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A great white shark, nicknamed Nicole, has made the journey between South Africa and Australia and back in under nine months. The new research published in Science is the first proof of links between populations of different continents.

“This is one of the most significant discoveries about white shark ecology and suggests we might have to rewrite the life history of this powerful fish,” said researcher Dr. Ramon Bonfil, shark expert and lead author of the study. “More importantly, Nicole has shown us that separate populations of great white sharks may be more directly connected than previously thought, and that wide-ranging white sharks that are nationally protected in places such as South Africa and Australia are much more vulnerable to human fishing in the open oceans than we previously thought.”

The story of Nicole began on November 7, 2003, when Bonfil and his colleagues from the Marine and Coastal Management Department of South Africa and the White Shark Trust attached a satellite tag to Nicole’s dorsal fin as part of a large study on white shark migrations. The tags—specifically known as pop-up archival tags—record data on time, temperature, water depth, and light levels as the shark moves through its habitat. On a pre-recorded date, the tag detaches from the shark and floats to the surface, where it transmits its data sets to a researcher’s computer via satellite.

An additional 24 white sharks were tagged with similar tags and seven more with real-time satellite tags during this study, with Bonfil and his team often having to wrestle the dangerous sharks while on a cradle in order to fix the satellite transmitters to their dorsal fins. While most of the tagged white sharks revealed at least three different movement patterns, including wide-ranging coastal migrations up and down the eastern side of South Africa, Nicole headed out into the vast and deep basin of the Indian Ocean. The track estimated from the data transmitted by the tag revealed that Nicole followed a strikingly direct route towards Australia, on a path void of oceanic islands. Although Nicole took frequent plunges to depths as great as 3,215 feet (980 meters—a record for white sharks) while crossing the Indian Ocean, she spent most of her time (61 percent) swimming along the surface, leading researchers to suspect that perhaps great white sharks use celestial cues for transoceanic navigation.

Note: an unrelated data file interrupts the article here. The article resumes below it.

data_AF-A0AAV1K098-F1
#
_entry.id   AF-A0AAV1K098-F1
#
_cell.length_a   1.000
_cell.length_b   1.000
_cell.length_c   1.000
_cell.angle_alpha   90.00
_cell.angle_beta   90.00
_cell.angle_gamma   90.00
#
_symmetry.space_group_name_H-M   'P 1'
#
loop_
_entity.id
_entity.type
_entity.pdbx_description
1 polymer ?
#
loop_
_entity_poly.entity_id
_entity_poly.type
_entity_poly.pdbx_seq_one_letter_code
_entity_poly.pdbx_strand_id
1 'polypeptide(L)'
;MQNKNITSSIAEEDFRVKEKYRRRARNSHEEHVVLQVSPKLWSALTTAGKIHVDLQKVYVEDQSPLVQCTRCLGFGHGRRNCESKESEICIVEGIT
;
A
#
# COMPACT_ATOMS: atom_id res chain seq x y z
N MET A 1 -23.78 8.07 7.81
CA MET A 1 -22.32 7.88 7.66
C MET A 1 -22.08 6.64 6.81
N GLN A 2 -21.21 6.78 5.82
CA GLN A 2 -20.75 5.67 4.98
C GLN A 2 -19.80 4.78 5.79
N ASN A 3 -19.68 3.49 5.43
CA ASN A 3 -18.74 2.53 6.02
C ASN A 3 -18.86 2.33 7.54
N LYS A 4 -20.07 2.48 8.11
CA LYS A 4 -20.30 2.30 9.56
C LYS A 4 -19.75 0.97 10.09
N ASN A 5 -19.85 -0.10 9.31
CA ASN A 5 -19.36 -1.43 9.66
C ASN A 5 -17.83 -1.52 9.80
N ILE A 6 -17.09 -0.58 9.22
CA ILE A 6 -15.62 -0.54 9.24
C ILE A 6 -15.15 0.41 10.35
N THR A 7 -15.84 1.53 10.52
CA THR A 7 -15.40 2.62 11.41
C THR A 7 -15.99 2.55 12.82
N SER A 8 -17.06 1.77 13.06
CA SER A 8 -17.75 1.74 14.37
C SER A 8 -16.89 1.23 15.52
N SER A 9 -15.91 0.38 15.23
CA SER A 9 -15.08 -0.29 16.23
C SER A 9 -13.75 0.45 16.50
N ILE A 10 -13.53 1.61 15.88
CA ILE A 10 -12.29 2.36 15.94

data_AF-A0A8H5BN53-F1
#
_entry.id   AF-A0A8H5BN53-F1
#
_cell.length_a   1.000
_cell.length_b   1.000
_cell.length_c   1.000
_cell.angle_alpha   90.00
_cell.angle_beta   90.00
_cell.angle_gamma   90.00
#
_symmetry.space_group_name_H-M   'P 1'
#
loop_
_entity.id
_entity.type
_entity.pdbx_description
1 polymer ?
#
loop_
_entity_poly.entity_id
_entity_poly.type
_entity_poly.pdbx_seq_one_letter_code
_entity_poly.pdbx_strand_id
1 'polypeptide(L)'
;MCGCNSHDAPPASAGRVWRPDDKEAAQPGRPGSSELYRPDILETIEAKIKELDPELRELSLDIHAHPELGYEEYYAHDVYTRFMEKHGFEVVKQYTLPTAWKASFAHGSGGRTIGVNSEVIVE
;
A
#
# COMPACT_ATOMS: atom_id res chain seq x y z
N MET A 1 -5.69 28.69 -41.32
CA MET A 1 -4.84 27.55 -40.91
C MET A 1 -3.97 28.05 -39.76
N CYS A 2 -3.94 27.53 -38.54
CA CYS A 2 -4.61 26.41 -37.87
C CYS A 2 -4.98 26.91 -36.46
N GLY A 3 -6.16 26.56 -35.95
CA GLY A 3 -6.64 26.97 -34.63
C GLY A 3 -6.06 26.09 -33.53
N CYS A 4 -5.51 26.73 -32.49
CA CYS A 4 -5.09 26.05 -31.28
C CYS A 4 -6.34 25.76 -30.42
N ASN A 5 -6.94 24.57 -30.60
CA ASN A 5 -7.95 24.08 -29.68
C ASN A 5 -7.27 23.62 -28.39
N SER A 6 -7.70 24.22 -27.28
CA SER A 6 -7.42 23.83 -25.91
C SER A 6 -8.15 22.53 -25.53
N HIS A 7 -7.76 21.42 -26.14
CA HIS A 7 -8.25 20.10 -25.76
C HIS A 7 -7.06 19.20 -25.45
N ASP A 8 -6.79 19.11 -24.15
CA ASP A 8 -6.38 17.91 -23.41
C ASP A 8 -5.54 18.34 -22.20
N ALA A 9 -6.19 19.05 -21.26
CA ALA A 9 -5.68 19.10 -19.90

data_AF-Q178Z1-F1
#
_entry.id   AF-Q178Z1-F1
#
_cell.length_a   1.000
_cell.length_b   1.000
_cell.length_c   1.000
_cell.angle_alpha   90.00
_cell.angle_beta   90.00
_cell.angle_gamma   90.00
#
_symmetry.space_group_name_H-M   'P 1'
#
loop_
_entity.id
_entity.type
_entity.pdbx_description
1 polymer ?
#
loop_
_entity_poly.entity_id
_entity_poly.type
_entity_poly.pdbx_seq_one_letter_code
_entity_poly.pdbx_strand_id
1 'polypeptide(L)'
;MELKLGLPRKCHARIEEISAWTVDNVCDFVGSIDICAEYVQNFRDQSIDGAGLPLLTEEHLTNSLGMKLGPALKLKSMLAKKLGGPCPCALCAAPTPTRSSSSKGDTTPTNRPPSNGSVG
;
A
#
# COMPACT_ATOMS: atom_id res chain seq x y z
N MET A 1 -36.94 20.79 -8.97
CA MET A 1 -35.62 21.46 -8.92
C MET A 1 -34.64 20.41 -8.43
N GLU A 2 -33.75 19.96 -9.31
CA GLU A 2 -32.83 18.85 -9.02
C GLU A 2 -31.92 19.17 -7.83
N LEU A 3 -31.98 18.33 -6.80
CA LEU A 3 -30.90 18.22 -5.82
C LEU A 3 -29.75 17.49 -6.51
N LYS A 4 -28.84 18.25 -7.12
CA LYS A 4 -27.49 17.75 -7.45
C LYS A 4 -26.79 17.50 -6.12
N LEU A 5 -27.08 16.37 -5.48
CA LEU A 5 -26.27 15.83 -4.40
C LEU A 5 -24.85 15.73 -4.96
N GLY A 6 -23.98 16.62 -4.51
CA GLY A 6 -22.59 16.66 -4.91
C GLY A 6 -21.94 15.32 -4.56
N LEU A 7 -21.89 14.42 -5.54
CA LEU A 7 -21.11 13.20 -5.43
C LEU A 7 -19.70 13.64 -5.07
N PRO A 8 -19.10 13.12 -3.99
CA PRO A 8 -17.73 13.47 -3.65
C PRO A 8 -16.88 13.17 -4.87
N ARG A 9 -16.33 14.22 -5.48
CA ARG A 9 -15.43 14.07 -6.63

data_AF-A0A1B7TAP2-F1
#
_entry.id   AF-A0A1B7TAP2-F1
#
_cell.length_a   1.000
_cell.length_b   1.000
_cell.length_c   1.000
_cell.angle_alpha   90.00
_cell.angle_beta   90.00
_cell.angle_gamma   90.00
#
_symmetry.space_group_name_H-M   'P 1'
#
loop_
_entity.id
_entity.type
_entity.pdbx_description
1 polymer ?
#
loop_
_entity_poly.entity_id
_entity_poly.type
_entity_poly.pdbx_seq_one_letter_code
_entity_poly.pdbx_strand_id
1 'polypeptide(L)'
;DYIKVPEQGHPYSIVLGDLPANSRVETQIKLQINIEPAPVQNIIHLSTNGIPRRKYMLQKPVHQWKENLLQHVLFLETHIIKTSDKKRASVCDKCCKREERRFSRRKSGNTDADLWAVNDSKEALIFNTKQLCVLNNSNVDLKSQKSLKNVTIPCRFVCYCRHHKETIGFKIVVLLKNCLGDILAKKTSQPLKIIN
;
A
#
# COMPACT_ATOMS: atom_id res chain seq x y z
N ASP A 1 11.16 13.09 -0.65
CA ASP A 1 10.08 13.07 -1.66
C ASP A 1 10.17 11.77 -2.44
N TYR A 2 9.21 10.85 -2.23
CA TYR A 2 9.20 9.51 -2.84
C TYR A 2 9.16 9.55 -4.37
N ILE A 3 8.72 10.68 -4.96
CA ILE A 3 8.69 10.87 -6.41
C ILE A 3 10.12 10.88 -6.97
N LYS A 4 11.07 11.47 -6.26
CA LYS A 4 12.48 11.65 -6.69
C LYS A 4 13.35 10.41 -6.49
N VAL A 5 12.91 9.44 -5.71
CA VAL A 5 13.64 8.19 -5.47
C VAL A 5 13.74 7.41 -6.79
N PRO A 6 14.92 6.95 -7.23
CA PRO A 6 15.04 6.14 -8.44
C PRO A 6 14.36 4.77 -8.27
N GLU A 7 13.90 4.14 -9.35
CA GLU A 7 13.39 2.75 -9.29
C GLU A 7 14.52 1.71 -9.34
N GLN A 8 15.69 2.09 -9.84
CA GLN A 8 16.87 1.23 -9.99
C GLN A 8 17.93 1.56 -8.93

Ninety-nine days later, Nicole was swimming about a mile from shore just south of the Exmouth Gulf in western Australia, where her tag detached and floated to the surface with all of her secrets.

This leg of the journey alone—some 6,897 miles (11,100 kilometers)—was one for the record books. However, Nicole would resurface again on August 20, 2004, not in Australian waters, but back in Gansbaai, South Africa, where she was tagged just under nine months before. Her distinctively notched dorsal fin was photographed by Michael Scholl, one of Bonfil’s team researchers and compared to previous photographs he had taken over a period of six years. After a detailed comparison of images of dorsal fin notches and markings, there was no longer any doubt: Nicole had returned to her home waters.


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